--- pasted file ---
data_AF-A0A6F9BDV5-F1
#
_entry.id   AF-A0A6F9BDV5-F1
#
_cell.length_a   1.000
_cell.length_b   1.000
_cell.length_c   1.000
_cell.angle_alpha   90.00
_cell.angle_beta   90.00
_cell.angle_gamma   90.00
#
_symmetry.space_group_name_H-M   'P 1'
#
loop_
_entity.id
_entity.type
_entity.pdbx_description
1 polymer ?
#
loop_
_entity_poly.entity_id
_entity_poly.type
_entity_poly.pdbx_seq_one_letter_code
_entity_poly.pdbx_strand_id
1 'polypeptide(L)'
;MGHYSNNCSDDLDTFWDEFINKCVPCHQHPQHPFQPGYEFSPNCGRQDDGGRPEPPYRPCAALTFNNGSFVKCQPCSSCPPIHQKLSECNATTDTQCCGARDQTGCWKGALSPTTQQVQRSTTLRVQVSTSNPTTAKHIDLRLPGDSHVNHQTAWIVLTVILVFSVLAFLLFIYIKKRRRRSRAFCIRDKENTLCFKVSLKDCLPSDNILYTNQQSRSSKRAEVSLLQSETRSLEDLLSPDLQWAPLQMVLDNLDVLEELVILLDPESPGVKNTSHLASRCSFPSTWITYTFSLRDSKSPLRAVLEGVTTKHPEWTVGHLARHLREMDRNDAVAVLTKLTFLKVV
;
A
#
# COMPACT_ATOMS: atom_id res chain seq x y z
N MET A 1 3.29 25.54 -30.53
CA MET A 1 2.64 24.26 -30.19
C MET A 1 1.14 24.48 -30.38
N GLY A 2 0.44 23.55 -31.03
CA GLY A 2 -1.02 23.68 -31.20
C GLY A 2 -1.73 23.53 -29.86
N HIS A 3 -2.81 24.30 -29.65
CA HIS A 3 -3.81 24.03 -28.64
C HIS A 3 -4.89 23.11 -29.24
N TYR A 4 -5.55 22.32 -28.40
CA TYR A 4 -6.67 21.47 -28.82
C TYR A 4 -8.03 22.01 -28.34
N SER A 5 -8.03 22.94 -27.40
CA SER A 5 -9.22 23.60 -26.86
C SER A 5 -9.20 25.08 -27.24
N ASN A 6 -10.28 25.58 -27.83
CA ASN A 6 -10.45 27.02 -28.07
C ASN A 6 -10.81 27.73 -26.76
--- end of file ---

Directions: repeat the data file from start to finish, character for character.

data_AF-A0A6F9BDV5-F1
#
_entry.id   AF-A0A6F9BDV5-F1
#
_cell.length_a   1.000
_cell.length_b   1.000
_cell.length_c   1.000
_cell.angle_alpha   90.00
_cell.angle_beta   90.00
_cell.angle_gamma   90.00
#
_symmetry.space_group_name_H-M   'P 1'
#
loop_
_entity.id
_entity.type
_entity.pdbx_description
1 polymer ?
#
loop_
_entity_poly.entity_id
_entity_poly.type
_entity_poly.pdbx_seq_one_letter_code
_entity_poly.pdbx_strand_id
1 'polypeptide(L)'
;MGHYSNNCSDDLDTFWDEFINKCVPCHQHPQHPFQPGYEFSPNCGRQDDGGRPEPPYRPCAALTFNNGSFVKCQPCSSCPPIHQKLSECNATTDTQCCGARDQTGCWKGALSPTTQQVQRSTTLRVQVSTSNPTTAKHIDLRLPGDSHVNHQTAWIVLTVILVFSVLAFLLFIYIKKRRRRSRAFCIRDKENTLCFKVSLKDCLPSDNILYTNQQSRSSKRAEVSLLQSETRSLEDLLSPDLQWAPLQMVLDNLDVLEELVILLDPESPGVKNTSHLASRCSFPSTWITYTFSLRDSKSPLRAVLEGVTTKHPEWTVGHLARHLREMDRNDAVAVLTKLTFLKVV
;
A
#
# COMPACT_ATOMS: atom_id res chain seq x y z
N MET A 1 3.29 25.54 -30.53
CA MET A 1 2.64 24.26 -30.19
C MET A 1 1.14 24.48 -30.38
N GLY A 2 0.44 23.55 -31.03
CA GLY A 2 -1.02 23.68 -31.20
C GLY A 2 -1.73 23.53 -29.86
N HIS A 3 -2.81 24.30 -29.65
CA HIS A 3 -3.81 24.03 -28.64
C HIS A 3 -4.89 23.11 -29.24
N TYR A 4 -5.55 22.32 -28.40
CA TYR A 4 -6.67 21.47 -28.82
C TYR A 4 -8.03 22.01 -28.34
N SER A 5 -8.03 22.94 -27.40
CA SER A 5 -9.22 23.60 -26.86
C SER A 5 -9.20 25.08 -27.24
N ASN A 6 -10.28 25.58 -27.83
CA ASN A 6 -10.45 27.02 -28.07
C ASN A 6 -10.81 27.73 -26.76